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The re-emergence of the disgraced doctor Andrew Wakefield has fueled a resurgence of vaccine scepticism among rightwing populists. After a surge in measles outbreaks across the EU in 2018, Sarah Boseley looks back at how confidence in the MMR vaccine was dented after Wakefield’s discredited campaign against it. Plus: Sonia Sodha on how to improve the British honours system. To support The Guardian’s independent journalism, visit gu.com/todayinfocus/support

Duration:00:24:59

Would you give your kidney to a stranger?

12/21/2018
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The UK’s living donor scheme allows six people to enter a chain, and three of them will get a new kidney from a stranger. Rachel Williams speaks to six participants. Plus: the writer Cecilia Knapp reflects on Christmas. To support The Guardian’s independent journalism, visit gu.com/todayinfocus/support

Duration:00:22:08

Windrush, Brexit, Trump and Cambridge Analytica: looking back at 2018 – podcast

12/20/2018
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The Guardian’s editor-in-chief, Katharine Viner, revisits the biggest stories of the year from the Windrush scandal, Cambridge Analytica and Facebook, the Brexit saga and the Trump administration to the World Cup and the royal wedding. Plus: Michael Braithwaite on how he got caught up in the Windrush scandal. To support The Guardian’s independent journalism, visit gu.com/todayinfocus/support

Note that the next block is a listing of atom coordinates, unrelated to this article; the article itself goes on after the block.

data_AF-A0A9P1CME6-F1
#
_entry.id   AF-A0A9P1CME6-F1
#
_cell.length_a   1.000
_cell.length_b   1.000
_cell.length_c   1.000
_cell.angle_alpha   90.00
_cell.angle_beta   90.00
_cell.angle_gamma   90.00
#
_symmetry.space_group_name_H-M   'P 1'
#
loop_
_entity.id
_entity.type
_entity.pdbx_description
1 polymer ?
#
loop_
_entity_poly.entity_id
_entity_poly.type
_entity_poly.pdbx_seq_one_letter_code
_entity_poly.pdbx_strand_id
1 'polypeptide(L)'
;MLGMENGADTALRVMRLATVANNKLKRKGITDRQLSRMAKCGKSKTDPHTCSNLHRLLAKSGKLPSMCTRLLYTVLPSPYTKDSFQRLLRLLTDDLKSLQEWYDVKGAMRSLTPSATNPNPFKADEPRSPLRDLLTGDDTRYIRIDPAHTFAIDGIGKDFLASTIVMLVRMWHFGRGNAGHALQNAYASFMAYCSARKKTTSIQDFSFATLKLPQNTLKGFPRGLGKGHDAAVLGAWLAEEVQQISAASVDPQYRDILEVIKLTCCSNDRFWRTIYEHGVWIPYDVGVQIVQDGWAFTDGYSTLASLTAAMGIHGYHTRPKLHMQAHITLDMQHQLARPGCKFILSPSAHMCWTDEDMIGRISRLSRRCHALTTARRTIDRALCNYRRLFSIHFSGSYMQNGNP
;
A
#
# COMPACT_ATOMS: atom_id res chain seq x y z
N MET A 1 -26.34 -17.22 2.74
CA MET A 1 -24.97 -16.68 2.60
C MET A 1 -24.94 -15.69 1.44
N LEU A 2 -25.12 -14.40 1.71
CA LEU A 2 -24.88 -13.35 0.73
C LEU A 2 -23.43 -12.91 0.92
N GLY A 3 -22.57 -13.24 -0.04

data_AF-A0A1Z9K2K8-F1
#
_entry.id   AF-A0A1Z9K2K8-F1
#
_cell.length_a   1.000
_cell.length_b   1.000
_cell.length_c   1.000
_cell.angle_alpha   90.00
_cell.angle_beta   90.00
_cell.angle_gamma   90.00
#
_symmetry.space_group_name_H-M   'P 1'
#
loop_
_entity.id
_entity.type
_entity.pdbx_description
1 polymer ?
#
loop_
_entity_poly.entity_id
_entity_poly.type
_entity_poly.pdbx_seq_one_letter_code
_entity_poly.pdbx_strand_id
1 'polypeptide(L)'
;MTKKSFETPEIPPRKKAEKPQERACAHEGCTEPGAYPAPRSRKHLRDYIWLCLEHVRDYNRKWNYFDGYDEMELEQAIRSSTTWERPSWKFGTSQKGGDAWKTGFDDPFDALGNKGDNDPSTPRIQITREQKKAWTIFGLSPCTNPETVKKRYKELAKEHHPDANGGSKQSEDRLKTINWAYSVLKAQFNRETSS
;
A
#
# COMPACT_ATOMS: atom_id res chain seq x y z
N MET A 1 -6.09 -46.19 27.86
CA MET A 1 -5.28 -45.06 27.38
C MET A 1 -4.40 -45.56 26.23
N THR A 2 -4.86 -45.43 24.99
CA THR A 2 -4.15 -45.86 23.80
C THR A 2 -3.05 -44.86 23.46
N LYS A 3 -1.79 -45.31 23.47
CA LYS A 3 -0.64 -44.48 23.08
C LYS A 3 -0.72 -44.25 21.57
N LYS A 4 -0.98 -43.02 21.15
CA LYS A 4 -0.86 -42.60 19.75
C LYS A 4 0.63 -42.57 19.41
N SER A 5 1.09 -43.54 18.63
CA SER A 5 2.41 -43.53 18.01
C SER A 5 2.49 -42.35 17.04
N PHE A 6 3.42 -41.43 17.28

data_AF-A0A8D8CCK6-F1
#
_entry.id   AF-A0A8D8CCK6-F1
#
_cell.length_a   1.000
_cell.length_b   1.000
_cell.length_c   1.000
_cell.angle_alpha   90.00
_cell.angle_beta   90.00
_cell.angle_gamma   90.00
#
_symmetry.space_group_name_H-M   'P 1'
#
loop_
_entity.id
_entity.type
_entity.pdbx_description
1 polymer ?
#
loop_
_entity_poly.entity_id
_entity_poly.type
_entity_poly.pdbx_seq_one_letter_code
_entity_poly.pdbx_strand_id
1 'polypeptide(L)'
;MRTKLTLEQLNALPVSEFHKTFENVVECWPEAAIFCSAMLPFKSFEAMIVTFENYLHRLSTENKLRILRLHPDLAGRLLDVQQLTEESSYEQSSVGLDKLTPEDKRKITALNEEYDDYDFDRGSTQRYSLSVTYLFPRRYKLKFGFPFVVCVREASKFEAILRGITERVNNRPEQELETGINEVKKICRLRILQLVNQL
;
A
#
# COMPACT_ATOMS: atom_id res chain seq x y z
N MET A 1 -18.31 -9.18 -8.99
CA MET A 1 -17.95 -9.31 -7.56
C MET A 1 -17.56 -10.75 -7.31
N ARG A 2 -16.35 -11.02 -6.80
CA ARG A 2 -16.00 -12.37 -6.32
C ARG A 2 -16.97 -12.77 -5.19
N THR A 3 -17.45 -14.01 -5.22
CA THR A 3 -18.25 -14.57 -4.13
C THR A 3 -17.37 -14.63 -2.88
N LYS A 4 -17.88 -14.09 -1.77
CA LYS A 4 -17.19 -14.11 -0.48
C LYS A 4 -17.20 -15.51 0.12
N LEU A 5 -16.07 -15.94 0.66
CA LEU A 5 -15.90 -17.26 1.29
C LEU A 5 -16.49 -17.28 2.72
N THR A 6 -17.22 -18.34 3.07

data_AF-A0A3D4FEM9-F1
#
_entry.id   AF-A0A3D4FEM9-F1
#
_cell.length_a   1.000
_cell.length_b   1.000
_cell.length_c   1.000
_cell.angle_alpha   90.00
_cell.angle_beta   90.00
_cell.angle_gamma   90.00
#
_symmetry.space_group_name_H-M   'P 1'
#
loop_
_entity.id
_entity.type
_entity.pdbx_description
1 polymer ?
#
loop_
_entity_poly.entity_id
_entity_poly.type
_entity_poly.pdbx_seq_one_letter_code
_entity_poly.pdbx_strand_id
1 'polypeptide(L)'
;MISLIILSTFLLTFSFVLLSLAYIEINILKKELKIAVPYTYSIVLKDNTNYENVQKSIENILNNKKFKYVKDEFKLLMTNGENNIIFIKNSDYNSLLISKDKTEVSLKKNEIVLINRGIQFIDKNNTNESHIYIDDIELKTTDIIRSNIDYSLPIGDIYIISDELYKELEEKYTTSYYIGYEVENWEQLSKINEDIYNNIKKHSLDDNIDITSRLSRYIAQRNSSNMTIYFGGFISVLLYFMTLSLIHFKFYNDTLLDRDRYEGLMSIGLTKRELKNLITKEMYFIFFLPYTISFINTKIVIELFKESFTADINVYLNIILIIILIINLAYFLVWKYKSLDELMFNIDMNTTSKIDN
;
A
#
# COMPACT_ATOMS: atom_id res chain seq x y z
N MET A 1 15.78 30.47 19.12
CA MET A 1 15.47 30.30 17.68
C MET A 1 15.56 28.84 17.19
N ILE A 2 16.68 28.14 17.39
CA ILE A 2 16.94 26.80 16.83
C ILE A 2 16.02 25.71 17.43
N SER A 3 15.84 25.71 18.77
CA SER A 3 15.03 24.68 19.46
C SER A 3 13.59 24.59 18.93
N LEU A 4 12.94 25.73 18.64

Duration:00:30:20

Can the NHS be saved?

12/19/2018
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A long-term plan designed to secure the future of NHS England has been delayed once again by Brexit. But as Britain’s health service heads into its annual winter beds crisis, the Guardian’s Denis Campbell visits King’s College hospital in London to find out what staff and patients need for the future – and how much it will cost. Plus: Hadley Freeman on why Meghan, the Duchess of Sussex, was right to distance herself from her father and his media onslaught. To support The Guardian’s...

Duration:00:23:20

Is this the end for the Sicilian mafia?

12/18/2018
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The arrest of the man believed to be the head of the Sicilian mafia this month is the latest blow for an organisation struggling to rebuild after the death last year of Salvatore Riina, the ‘boss of the bosses’. Clare Longrigg, the author of several books on the mafia, describes the current state of Cosa Nostra. Plus: Jonathan Watts on what to take from the COP24 climate talks. To support The Guardian’s independent journalism, visit gu.com/todayinfocus/support

Duration:00:23:52

2018: a terrible year for Facebook – podcast

12/17/2018